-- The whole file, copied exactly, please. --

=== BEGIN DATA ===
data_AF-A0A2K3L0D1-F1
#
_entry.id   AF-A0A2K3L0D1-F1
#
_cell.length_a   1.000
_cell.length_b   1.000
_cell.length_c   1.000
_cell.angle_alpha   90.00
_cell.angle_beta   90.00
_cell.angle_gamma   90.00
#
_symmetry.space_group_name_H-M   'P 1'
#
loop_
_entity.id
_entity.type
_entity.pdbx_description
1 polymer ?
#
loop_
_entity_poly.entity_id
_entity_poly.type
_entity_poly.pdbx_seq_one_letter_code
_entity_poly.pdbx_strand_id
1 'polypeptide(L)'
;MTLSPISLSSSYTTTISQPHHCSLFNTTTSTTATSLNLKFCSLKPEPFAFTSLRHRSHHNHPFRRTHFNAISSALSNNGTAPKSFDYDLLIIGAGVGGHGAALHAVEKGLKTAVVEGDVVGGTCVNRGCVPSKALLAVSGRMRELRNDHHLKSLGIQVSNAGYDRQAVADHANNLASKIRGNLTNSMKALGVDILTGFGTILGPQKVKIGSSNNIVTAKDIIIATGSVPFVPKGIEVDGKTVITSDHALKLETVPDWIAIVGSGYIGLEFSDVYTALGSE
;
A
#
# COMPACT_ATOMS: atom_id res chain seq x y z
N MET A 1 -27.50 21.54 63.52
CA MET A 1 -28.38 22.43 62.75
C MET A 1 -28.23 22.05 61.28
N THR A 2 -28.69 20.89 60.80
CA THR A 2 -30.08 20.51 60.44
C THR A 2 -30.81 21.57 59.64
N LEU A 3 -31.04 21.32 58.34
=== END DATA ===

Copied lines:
data_AF-A0A2K3L0D1-F1
#
_entry.id   AF-A0A2K3L0D1-F1
#
_cell.length_a   1.000
_cell.length_b   1.000
_cell.length_c   1.000
_cell.angle_alpha   90.00
_cell.angle_beta   90.00
_cell.angle_gamma   90.00
#
_symmetry.space_group_name_H-M   'P 1'
#
loop_
_entity.id
_entity.type
_entity.pdbx_description
1 polymer ?
#
loop_
_entity_poly.entity_id
_entity_poly.type
_entity_poly.pdbx_seq_one_letter_code
_entity_poly.pdbx_strand_id
1 'polypeptide(L)'
;MTLSPISLSSSYTTTISQPHHCSLFNTTTSTTATSLNLKFCSLKPEPFAFTSLRHRSHHNHPFRRTHFNAISSALSNNGTAPKSFDYDLLIIGAGVGGHGAALHAVEKGLKTAVVEGDVVGGTCVNRGCVPSKALLAVSGRMRELRNDHHLKSLGIQVSNAGYDRQAVADHANNLASKIRGNLTNSMKALGVDILTGFGTILGPQKVKIGSSNNIVTAKDIIIATGSVPFVPKGIEVDGKTVITSDHALKLETVPDWIAIVGSGYIGLEFSDVYTALGSE
;
A
#
# COMPACT_ATOMS: atom_id res chain seq x y z
N MET A 1 -27.50 21.54 63.52
CA MET A 1 -28.38 22.43 62.75
C MET A 1 -28.23 22.05 61.28
N THR A 2 -28.69 20.89 60.80
CA THR A 2 -30.08 20.51 60.44
C THR A 2 -30.81 21.57 59.64
N LEU A 3 -31.04 21.32 58.34